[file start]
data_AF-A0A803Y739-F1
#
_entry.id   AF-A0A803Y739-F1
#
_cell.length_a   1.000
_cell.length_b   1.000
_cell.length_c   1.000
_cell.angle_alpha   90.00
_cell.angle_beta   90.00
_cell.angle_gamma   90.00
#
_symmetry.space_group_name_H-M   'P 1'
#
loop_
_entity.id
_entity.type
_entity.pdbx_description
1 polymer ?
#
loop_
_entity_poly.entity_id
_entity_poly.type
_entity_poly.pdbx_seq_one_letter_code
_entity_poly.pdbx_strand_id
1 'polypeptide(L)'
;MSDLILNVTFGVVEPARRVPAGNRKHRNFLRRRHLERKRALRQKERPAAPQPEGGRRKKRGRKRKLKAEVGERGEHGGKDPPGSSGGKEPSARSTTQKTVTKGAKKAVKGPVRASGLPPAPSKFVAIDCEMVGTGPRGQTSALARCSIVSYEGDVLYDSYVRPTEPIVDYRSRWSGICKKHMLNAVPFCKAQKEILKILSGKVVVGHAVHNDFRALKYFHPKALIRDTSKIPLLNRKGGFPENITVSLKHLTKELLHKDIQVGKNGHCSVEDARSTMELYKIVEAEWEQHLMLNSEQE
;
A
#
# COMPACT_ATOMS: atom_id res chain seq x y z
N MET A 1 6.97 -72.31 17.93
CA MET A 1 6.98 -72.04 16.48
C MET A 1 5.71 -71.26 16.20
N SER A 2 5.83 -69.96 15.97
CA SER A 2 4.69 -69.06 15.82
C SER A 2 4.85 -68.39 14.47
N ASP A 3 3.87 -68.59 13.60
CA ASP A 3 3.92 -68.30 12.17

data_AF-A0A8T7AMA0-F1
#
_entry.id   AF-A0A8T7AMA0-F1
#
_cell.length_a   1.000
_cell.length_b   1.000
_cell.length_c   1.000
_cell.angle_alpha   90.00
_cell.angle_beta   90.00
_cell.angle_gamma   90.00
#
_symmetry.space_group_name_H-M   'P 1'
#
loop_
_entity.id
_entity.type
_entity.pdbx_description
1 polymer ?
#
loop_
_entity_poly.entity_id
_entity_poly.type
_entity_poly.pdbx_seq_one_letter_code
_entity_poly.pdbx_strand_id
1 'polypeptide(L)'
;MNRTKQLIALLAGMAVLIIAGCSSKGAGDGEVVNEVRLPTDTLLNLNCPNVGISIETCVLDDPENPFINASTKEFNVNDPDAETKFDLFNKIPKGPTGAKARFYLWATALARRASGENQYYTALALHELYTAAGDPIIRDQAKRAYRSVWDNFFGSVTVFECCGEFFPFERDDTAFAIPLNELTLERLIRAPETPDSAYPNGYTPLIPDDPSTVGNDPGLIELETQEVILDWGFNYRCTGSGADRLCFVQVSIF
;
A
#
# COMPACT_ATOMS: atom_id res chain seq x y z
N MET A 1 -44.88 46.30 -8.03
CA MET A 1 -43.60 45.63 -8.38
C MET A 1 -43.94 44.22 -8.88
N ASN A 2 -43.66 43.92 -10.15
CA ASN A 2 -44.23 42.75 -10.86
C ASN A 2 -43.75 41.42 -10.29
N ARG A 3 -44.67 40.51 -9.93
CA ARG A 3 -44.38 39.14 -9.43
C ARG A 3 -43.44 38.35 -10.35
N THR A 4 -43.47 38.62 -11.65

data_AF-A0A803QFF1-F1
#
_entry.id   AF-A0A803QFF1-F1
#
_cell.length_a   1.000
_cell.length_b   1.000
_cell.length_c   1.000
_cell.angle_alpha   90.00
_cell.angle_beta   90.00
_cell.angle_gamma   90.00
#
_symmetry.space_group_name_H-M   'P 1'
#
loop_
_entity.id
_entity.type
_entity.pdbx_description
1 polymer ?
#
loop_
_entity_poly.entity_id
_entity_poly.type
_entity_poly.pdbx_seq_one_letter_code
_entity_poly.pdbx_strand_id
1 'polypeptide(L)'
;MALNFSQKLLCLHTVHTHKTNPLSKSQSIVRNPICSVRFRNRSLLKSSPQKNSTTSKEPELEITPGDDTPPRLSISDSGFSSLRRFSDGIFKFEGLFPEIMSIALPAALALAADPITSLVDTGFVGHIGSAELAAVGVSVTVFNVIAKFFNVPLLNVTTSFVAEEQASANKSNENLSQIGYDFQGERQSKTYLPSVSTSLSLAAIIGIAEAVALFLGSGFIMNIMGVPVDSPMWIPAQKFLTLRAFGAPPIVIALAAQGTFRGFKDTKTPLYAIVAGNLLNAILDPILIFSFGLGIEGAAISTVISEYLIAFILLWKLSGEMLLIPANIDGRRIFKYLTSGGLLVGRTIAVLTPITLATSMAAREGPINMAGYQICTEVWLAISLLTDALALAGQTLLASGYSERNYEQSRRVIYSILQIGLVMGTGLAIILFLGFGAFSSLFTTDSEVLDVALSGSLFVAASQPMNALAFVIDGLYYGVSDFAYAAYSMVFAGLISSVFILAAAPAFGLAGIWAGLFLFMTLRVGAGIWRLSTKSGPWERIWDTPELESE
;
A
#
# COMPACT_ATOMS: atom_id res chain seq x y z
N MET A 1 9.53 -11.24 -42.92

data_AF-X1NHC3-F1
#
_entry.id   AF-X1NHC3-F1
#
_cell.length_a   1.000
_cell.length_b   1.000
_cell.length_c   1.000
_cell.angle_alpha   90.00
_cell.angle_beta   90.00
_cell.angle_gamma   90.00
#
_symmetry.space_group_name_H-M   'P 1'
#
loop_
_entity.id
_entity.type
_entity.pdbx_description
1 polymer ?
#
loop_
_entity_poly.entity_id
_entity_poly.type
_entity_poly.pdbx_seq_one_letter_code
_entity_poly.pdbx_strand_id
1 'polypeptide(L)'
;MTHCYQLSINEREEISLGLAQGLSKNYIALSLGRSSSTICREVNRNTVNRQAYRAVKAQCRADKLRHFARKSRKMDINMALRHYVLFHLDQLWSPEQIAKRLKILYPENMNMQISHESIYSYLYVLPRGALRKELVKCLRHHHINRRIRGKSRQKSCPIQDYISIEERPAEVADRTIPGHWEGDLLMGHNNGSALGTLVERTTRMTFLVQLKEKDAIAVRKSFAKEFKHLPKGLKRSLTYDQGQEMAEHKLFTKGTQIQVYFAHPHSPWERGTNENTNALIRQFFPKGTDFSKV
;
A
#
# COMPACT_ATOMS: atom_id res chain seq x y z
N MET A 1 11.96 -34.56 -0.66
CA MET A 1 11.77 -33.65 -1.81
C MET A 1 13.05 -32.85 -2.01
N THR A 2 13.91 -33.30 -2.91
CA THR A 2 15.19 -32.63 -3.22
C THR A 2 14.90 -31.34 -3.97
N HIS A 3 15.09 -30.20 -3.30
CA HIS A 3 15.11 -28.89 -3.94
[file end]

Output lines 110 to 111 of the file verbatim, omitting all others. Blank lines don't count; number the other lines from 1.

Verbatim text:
data_AF-X1NHC3-F1
#